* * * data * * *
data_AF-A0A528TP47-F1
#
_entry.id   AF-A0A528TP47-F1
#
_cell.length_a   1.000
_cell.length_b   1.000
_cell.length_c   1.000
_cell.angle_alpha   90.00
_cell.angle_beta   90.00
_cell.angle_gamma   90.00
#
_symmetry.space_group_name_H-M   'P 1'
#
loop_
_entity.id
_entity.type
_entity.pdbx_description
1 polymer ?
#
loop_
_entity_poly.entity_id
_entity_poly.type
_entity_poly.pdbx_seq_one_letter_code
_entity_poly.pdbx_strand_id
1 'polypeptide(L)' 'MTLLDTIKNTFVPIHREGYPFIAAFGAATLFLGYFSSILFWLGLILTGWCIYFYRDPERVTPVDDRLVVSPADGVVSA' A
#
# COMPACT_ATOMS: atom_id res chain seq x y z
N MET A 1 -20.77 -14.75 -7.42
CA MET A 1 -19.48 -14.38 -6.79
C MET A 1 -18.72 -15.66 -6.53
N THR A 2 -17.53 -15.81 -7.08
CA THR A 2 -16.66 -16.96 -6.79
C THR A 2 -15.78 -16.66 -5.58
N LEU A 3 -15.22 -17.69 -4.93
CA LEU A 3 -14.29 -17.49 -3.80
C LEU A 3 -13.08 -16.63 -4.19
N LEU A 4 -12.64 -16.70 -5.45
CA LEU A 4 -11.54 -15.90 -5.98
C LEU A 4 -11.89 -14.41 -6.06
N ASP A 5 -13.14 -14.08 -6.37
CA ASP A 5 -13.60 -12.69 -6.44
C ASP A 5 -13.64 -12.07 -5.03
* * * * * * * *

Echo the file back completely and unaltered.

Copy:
data_AF-A0A528TP47-F1
#
_entry.id   AF-A0A528TP47-F1
#
_cell.length_a   1.000
_cell.length_b   1.000
_cell.length_c   1.000
_cell.angle_alpha   90.00
_cell.angle_beta   90.00
_cell.angle_gamma   90.00
#
_symmetry.space_group_name_H-M   'P 1'
#
loop_
_entity.id
_entity.type
_entity.pdbx_description
1 polymer ?
#
loop_
_entity_poly.entity_id
_entity_poly.type
_entity_poly.pdbx_seq_one_letter_code
_entity_poly.pdbx_strand_id
1 'polypeptide(L)' 'MTLLDTIKNTFVPIHREGYPFIAAFGAATLFLGYFSSILFWLGLILTGWCIYFYRDPERVTPVDDRLVVSPADGVVSA' A
#
# COMPACT_ATOMS: atom_id res chain seq x y z
N MET A 1 -20.77 -14.75 -7.42
CA MET A 1 -19.48 -14.38 -6.79
C MET A 1 -18.72 -15.66 -6.53
N THR A 2 -17.53 -15.81 -7.08
CA THR A 2 -16.66 -16.96 -6.79
C THR A 2 -15.78 -16.66 -5.58
N LEU A 3 -15.22 -17.69 -4.93
CA LEU A 3 -14.29 -17.49 -3.80
C LEU A 3 -13.08 -16.63 -4.19
N LEU A 4 -12.64 -16.70 -5.45
CA LEU A 4 -11.54 -15.90 -5.98
C LEU A 4 -11.89 -14.41 -6.06
N ASP A 5 -13.14 -14.08 -6.37
CA ASP A 5 -13.60 -12.69 -6.44
C ASP A 5 -13.64 -12.07 -5.03